Conflict minerals: Genocide in your gadgets?

Firms try to limit conflict minerals in electronics. It's no easy task.

Finbarr O'Reilly/Reuters/File
Miners form a human chain while digging an open pit at the Chudja gold mine in northeastern Congo. The country’s vast natural resources have financed civil conflict for more than a decade.
Rich Clabaugh/Staff
The Enough Project ranked gadgetmakers by their efforts to curb or at least investigate the use of conflict minerals, such as tantalum and gold, in their products.

Deep inside cellphones, iPods, and laptops lie four particular metals: tin, tantalum, tungsten, and gold.

These "Three T's" and gold are essential to the technology industry – but are also notorious among human rights groups. For years, warlords in eastern Congo have mined and sold the minerals to finance brutal conflicts and sexual violence.

"Rebel militias are making hundreds of millions of dollars off these materials – materials that go mainly into electronics," says Sasha Lezhnev of The Enough Project, a branch of the Center for American Progress that works to end genocide.

To shed light on the human cost of gadgets, The Enough Project released a report ranking tech companies by their efforts to rein in the use of conflict minerals. Only a handful of corporations received positive scores. However, Mr. Lezhnev says, consumer pressure has pushed those top few toward plans that could shut down conflict mines and improve the entire industry.

While Congo holds a significant share of the world's Three T's, other mines – often safer and better-paying mines – dot the globe. Yet some smelters favor Congolese ore because it costs a third to half of the usual market price.

"In eastern Congo, you see child miners – no health or safety standards," says Lezhnev. "Minerals are dug by hand, traded in sacks, smuggled across borders."

This ragtag approach benefits the warlords in two ways, says Jason Sterns, former head of the United Nations Group of Experts on the Congo, who was not involved in the study. It keeps costs minimal and also obscures accountability.

The problem: Electronics companies rarely own the factories in which their products are made. They design gadgets and then enlist manufacturing and assembly plants, which enlist material sourcing firms, which enlist smelters, which enlist mining supply companies, which then enlist mines. This twisting global supply chain leaves behind little reliable paperwork and lots of room for deniability.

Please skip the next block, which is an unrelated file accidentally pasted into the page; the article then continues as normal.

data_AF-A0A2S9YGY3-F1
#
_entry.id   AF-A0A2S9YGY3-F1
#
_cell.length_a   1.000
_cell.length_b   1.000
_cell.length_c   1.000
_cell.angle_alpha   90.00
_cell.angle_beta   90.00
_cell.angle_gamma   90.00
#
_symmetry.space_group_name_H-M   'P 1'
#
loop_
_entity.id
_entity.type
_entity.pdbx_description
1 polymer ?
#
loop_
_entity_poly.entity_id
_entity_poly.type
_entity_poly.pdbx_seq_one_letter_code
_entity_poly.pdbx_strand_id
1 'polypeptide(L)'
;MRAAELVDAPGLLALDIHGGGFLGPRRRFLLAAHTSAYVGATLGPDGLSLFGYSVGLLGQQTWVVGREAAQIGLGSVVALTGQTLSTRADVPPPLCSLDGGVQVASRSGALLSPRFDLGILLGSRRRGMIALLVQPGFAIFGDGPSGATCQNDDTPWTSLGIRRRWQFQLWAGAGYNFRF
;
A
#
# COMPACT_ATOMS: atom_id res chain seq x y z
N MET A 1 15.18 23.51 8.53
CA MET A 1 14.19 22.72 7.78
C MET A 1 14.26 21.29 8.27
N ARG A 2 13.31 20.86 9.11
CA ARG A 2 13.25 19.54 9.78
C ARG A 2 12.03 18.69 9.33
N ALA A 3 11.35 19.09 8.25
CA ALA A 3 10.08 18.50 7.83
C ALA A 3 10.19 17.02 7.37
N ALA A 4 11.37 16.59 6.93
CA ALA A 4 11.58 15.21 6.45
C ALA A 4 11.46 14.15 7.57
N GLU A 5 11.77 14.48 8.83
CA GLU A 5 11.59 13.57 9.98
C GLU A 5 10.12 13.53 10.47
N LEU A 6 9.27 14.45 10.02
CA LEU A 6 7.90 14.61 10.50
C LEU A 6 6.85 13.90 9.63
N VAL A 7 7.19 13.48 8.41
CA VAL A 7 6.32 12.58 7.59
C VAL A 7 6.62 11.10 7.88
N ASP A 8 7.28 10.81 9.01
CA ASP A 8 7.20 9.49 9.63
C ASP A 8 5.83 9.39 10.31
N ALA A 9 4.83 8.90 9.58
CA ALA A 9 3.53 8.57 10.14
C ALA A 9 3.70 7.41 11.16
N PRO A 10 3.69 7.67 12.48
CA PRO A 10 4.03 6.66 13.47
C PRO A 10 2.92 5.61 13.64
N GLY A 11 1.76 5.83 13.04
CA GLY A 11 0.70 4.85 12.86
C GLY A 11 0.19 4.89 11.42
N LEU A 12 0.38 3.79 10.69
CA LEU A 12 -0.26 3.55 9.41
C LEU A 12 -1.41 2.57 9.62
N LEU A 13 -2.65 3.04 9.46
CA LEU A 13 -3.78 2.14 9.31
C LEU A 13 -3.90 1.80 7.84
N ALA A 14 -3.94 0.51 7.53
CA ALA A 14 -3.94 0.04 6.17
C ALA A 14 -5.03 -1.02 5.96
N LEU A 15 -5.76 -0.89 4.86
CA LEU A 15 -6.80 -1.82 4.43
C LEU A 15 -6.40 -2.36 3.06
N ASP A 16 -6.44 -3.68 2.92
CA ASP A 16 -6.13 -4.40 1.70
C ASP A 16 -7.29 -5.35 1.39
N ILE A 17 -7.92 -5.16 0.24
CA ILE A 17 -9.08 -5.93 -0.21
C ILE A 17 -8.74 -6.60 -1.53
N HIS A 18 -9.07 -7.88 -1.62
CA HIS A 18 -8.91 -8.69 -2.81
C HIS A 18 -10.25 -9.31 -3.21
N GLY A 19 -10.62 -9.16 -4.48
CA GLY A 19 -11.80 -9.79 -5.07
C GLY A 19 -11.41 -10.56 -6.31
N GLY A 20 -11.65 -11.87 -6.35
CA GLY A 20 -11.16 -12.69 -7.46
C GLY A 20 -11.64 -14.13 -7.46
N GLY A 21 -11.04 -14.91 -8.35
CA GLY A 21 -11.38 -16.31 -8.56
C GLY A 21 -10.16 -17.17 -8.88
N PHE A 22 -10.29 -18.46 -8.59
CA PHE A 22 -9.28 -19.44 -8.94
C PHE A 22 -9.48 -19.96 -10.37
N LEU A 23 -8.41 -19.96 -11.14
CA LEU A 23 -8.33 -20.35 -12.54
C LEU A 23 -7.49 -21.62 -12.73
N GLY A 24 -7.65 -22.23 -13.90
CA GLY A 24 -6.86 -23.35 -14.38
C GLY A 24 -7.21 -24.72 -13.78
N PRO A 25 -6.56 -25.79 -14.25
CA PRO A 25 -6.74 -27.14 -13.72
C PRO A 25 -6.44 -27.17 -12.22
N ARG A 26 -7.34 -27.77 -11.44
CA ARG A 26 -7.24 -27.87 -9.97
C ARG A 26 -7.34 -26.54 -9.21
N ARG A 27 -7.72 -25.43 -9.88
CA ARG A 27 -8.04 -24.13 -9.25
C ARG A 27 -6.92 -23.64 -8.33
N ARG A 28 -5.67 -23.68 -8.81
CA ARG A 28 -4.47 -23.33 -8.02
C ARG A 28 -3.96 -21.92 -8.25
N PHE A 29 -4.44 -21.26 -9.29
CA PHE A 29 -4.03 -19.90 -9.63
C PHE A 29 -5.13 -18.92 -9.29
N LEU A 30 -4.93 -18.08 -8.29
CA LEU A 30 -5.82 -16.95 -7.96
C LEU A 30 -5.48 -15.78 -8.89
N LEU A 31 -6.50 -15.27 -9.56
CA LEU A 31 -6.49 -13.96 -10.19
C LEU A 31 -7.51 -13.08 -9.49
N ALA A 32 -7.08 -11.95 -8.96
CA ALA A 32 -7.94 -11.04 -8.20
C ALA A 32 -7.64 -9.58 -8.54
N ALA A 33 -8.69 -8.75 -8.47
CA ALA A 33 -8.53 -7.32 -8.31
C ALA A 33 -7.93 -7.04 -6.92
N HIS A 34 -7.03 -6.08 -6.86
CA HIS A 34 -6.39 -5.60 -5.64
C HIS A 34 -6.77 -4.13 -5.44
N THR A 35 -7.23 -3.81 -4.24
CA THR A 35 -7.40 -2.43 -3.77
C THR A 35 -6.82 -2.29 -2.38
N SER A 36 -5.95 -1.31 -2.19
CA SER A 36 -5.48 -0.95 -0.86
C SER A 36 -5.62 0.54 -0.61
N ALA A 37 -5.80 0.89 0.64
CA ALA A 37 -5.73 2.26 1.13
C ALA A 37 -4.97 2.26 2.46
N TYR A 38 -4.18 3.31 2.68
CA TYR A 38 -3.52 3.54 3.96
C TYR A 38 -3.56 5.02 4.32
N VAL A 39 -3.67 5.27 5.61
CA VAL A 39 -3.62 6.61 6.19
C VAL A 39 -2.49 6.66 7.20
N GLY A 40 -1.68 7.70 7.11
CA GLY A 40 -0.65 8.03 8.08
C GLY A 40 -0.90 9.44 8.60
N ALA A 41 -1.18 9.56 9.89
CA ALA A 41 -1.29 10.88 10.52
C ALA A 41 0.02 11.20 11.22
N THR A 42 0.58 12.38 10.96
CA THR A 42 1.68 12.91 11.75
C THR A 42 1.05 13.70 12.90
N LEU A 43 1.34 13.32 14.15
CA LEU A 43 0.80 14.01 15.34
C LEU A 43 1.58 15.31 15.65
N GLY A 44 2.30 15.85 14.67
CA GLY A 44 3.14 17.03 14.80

"We require all of our suppliers to certify in writing that they use conflict-few materials," wrote Apple chief Steve Jobs in response to consumer questions last summer. "But honestly there is no way for them to be sure. Until someone invents a way to chemically trace minerals from the source mine, it's a very difficult problem."

Rather than wait for a scientific breakthrough, several tech giants, including Apple, have pushed for stronger audits and mining certifications, similar to the Kimberley Process that helps curb conflict diamonds.

These companies ranked highest in Enough's report.

Hewlett-Packard topped the list for publishing the names of its suppliers, the first in the industry to do so, and for carrying out regular audits. Intel pioneered on-site visits at its tantalum smelters, spurring other companies to follow suit. Motorola backed an African certification policy and helped lead an industry trade group aimed at curbing the use of conflict minerals.

While The Enough Project assigned scores, Lezhnev says he prefers thinking of the standings as tiers. Companies with 15 percent or more (see chart, above) form the top tier, those leading the industry in their efforts toward responsible change.

The middle tier – 5 to 14 percent – made initial steps, yet lacked either vigor or transparency, according to Enough.

Finally, companies in the bottom slots may not be using any conflict minerals – but, as far as Enough can tell, they have done little or nothing to find out.

The study is based on an 18-part survey, sent to each of the 21 companies. About two-thirds of them responded, says Lezhnev. Enough then used public information and corporate reports to fill in unanswered questions where possible.

By next summer, some of these details will be required by law. Last year's Dodd-Frank Wall Street Reform Act includes a provision that requires all publicly traded American companies to disclose their suppliers.

Mr. Sterns calls the bill "very intelligent" but also flawed. The law doesn't punish companies for using conflict minerals, only fines them for not reporting it. "The punitive measures come from us – the consumers," he says. "The second flaw is with the approach. Due diligence relies on having good information. But the situation on the ground is so confusing that it's tough to find out who's in violation."

Sterns worries that the tech industry will simply cut off all shipments from Congo, rather than spend the time and effort to investigate which mines are run legitimately. Companies that really want to make a difference, he says, should agree to pay a premium for minerals proven to be conflict-free, just as Americans do with fair-trade coffee.

"None of us thinks an embargo on eastern Congo is a good idea," says Sterns. "Past efforts have failed because they failed to change the incentives."

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